06 Jun Arthritis and Exercise
Being active is not only about improving your physical health but also your mental health. Studies have shown that exercise can play a role in managing arthritis. Arthritis can cause pain, stiffness and inflammation in your joints or muscles. Exercising regularly can help to reduce or improve some of the symptoms associated with arthritis, it will also improve the mobility and strength of your joints.
If you are suffering from arthritis, regular exercise may provide the following benefits:
- Improve joint lubrication and nourishment.
- Ease joint pain and stiffness.
- Improve your joint flexibility and range of motion.
- improve your sleeping patterns.
- Improve and maintain the density of your bones.
- Lower your stress levels.
- Improve your mood.
- Help to maintain a healthy body weight.
- Increase your daily energy levels.
- Strengthen the muscles around your joints.
- Help to prevent the occurrence of osteoporosis.
Exercise can help to delay the deterioration of arthritic related disabilities and help arthritis patients manage other chronic conditions such as diabetes, heart disease and obesity. Aerobic and cardio exercises are aimed at getting you to move and increase your heart rate, exercising will help to improve your overall health and fitness levels.
The best form of exercise to choose is based on your personal preference, the severity of your symptoms and whether you have other health problems or musculoskeletal ailments. The exercise you choose to perform needs to improve your flexibility as this will keep the joints functioning correctly and will help to ease joint stiffness. Stretching exercises are a great way to improve the flexibility of the joints and its surround muscles. Your exercise programs should also help you to build muscle strengthen, provide joint stability, and improve your capacity to perform daily tasks.
SMART is a great way to remember how exercise safely when you suffer from arthritis.
Start low and go slow. When starting an exercise program or increasing your level activity, start slowly and pay attention to how your body tolerates it. Arthritis patients may need a bit of time for their bodies to adjust to new levels of activity. Exercise with slow easy movements and take a break if the activity becomes painful. Slow down if you notice inflammation and redness in your joints. Low-impact activities are best suited for persons suffering from arthritis.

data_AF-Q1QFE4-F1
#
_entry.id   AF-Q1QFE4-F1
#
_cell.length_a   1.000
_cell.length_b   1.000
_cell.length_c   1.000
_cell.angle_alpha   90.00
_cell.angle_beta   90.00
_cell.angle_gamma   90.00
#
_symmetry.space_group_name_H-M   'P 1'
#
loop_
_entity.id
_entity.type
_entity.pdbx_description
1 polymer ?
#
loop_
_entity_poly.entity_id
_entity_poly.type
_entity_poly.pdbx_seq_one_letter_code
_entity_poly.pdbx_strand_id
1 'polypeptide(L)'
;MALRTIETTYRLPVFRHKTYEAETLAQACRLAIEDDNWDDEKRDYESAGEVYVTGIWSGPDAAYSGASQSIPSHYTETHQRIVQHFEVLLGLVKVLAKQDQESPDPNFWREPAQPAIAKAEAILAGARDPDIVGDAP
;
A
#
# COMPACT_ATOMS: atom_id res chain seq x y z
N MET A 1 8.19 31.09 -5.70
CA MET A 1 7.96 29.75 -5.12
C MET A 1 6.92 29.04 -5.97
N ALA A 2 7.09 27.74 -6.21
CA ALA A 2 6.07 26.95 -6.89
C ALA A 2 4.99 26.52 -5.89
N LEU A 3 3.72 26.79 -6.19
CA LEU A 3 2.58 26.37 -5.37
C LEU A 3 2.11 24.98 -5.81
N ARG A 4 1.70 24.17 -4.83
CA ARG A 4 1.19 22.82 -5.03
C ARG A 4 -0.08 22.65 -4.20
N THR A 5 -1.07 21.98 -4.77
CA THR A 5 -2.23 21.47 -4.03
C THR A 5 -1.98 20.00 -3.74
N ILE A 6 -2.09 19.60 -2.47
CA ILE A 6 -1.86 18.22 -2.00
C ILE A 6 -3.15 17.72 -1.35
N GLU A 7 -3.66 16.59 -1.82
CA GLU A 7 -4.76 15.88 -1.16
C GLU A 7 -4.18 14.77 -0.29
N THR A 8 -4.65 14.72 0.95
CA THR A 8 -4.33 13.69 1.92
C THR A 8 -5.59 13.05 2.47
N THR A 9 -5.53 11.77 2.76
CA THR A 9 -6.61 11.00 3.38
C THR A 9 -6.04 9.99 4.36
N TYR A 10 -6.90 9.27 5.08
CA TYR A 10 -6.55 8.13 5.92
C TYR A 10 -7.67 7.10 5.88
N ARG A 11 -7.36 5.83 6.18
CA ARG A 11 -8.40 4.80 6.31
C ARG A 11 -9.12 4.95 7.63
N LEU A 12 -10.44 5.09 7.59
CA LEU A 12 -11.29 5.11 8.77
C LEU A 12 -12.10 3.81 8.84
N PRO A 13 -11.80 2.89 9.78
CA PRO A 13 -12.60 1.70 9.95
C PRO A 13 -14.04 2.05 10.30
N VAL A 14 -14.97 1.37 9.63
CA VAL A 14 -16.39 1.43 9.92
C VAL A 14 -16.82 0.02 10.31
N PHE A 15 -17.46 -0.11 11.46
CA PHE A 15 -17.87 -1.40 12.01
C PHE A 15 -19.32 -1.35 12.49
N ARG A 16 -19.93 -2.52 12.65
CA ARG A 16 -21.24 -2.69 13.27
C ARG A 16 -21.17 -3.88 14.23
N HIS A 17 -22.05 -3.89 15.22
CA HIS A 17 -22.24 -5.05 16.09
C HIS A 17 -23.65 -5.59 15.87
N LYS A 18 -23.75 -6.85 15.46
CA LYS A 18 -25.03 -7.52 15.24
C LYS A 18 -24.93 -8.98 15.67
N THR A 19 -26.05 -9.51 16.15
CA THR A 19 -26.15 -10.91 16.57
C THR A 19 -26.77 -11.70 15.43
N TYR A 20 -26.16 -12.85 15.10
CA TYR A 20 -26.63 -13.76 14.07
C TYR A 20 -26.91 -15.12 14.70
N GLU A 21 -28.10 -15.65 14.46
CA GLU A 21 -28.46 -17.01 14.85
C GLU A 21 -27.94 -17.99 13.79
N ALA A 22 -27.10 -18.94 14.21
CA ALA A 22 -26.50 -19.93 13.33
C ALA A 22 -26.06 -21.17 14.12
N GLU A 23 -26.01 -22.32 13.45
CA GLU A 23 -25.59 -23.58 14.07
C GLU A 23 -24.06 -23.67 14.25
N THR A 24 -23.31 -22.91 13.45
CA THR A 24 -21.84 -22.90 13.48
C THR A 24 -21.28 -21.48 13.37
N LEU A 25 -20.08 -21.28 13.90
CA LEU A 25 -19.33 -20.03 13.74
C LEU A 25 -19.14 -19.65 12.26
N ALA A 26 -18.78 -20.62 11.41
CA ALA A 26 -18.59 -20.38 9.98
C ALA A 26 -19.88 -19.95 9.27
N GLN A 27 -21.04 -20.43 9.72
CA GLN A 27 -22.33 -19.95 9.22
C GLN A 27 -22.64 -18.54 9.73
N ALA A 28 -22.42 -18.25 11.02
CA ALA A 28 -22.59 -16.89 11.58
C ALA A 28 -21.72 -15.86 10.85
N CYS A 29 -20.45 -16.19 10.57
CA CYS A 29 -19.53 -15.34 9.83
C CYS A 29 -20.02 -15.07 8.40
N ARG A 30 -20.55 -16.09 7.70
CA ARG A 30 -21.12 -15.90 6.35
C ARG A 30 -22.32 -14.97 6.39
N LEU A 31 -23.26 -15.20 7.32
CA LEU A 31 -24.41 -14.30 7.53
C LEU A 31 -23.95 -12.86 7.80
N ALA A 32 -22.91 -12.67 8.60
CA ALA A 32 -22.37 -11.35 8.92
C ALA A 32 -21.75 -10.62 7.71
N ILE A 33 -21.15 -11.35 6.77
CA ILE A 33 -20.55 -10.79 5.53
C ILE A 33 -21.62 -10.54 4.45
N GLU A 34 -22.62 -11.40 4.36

Modify your activity if the arthritis symptoms are aggravated, to stay active. Experiencing pain, stiffness and fatigue may vary when you exercise. On some days you may experience these symptoms, versus “good days” where you will not experience any symptoms of arthritis. Remember a little bit of movement is better than none, so try to modify your exercise program as much as possible without making your symptoms worst.
Activities should be joint friendly. The activities or exercise you choose to do should be low impact and easy on your joints. Choose activities that have a low risk of injury and do not cause the joint to twist much. These activities include walking, cycling, dancing or water aerobics.
Recognise safe ways and places to be active. Safety is important for starting and maintaining an exercise plan. If you are currently inactive or are unsure about how to plan or lead your exercise program, consider joining an exercise class as these are great places to get advice on the correct movement to protect your joints. Exercise classes can also help you stay motivated and committed to following an exercise plan.
Talk to a healthcare professional or certified exercise specialist. Exercise specialists or healthcare professionals such as osteopaths are good sources for more information on physical activity.
There are many types of exercises that can improve your flexibility, strength, and overall health. These include:
- Swimming or water aerobics.
- Walking or waling with Nordic poles.
- Chair exercises.
- Tai Chi or yoga.
- Low-impact aerobics.
- Strength training, and
Osteopaths are trained to diagnose, treat and advise on arthritis conditions. Your osteopathic practitioner will be able to recommend exercises that are tailored to suit your specific needs, depending on your age, fitness level and the severity of your condition. The recommended exercises may include activities to increase your range of motion, as well as strengthening and aerobic exercises.
Here at OsteoVision we can answer your questions about how much activity you should do and what type of exercises best suits your abilities and overall health goals.
Bartlett, S., n.d. Role of Exercise in Arthritis Management. [online] Johns Hopkins Arthritis Center. Available at: <https://www.hopkinsarthritis.org/patient-corner/disease-management/role-of-exercise-in-arthritis-management/> [Accessed 27 June 2021].
Betterhealth.vic.gov.au. 2018. Arthritis and exercise – Better Health Channel. [online] Available at: <https://www.betterhealth.vic.gov.au/health/conditionsandtreatments/arthritis-and-exercise> [Accessed 27 June 2021].
Cdc.gov. 2018. Physical Activity for Arthritis | CDC. [online] Available at: <https://www.cdc.gov/arthritis/basics/physical-activity-overview.html> [Accessed 27 June 2021].
Mayo Clinic. 2020. How do exercise and arthritis fit together?. [online] Available at: <https://www.mayoclinic.org/diseases-conditions/arthritis/in-depth/arthritis/art-20047971#:~:text=Exercise%20is%20crucial%20for%20people,few%20laps%20might%20seem%20overwhelming.> [Accessed 27 June 2021].